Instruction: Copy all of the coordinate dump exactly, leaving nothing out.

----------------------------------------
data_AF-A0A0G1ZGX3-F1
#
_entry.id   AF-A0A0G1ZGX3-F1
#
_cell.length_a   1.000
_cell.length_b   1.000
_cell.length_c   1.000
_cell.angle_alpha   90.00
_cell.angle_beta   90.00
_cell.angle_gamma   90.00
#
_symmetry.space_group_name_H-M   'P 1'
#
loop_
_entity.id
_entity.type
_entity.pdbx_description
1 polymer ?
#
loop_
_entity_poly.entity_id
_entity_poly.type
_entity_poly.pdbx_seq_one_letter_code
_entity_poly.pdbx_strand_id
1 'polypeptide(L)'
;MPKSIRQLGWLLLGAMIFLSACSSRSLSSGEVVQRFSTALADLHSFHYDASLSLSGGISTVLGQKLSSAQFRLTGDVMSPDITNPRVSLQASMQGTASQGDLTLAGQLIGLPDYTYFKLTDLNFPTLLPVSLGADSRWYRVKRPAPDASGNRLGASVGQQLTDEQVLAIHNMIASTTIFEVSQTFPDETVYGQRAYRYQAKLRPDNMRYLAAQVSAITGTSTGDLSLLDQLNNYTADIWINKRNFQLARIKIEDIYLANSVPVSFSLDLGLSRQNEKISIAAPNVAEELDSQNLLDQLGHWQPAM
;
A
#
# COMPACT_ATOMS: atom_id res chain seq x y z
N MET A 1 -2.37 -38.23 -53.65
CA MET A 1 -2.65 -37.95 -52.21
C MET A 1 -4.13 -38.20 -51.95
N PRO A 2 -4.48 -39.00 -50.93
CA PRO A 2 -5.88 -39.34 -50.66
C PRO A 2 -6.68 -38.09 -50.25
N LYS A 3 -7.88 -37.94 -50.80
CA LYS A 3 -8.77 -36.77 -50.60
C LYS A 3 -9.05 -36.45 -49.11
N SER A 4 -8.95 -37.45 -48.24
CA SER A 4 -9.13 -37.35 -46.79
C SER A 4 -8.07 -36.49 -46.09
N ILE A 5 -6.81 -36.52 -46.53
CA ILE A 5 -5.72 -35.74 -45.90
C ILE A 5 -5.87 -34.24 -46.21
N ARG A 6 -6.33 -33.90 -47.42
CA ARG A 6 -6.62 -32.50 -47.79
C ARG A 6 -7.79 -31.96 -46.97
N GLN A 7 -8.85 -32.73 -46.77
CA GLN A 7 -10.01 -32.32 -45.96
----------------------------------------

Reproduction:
data_AF-A0A0G1ZGX3-F1
#
_entry.id   AF-A0A0G1ZGX3-F1
#
_cell.length_a   1.000
_cell.length_b   1.000
_cell.length_c   1.000
_cell.angle_alpha   90.00
_cell.angle_beta   90.00
_cell.angle_gamma   90.00
#
_symmetry.space_group_name_H-M   'P 1'
#
loop_
_entity.id
_entity.type
_entity.pdbx_description
1 polymer ?
#
loop_
_entity_poly.entity_id
_entity_poly.type
_entity_poly.pdbx_seq_one_letter_code
_entity_poly.pdbx_strand_id
1 'polypeptide(L)'
;MPKSIRQLGWLLLGAMIFLSACSSRSLSSGEVVQRFSTALADLHSFHYDASLSLSGGISTVLGQKLSSAQFRLTGDVMSPDITNPRVSLQASMQGTASQGDLTLAGQLIGLPDYTYFKLTDLNFPTLLPVSLGADSRWYRVKRPAPDASGNRLGASVGQQLTDEQVLAIHNMIASTTIFEVSQTFPDETVYGQRAYRYQAKLRPDNMRYLAAQVSAITGTSTGDLSLLDQLNNYTADIWINKRNFQLARIKIEDIYLANSVPVSFSLDLGLSRQNEKISIAAPNVAEELDSQNLLDQLGHWQPAM
;
A
#
# COMPACT_ATOMS: atom_id res chain seq x y z
N MET A 1 -2.37 -38.23 -53.65
CA MET A 1 -2.65 -37.95 -52.21
C MET A 1 -4.13 -38.20 -51.95
N PRO A 2 -4.48 -39.00 -50.93
CA PRO A 2 -5.88 -39.34 -50.66
C PRO A 2 -6.68 -38.09 -50.25
N LYS A 3 -7.88 -37.94 -50.80
CA LYS A 3 -8.77 -36.77 -50.60
C LYS A 3 -9.05 -36.45 -49.11
N SER A 4 -8.95 -37.45 -48.24
CA SER A 4 -9.13 -37.35 -46.79
C SER A 4 -8.07 -36.49 -46.09
N ILE A 5 -6.81 -36.52 -46.53
CA ILE A 5 -5.72 -35.74 -45.90
C ILE A 5 -5.87 -34.24 -46.21
N ARG A 6 -6.33 -33.90 -47.42
CA ARG A 6 -6.62 -32.50 -47.79
C ARG A 6 -7.79 -31.96 -46.97
N GLN A 7 -8.85 -32.73 -46.77
CA GLN A 7 -10.01 -32.32 -45.96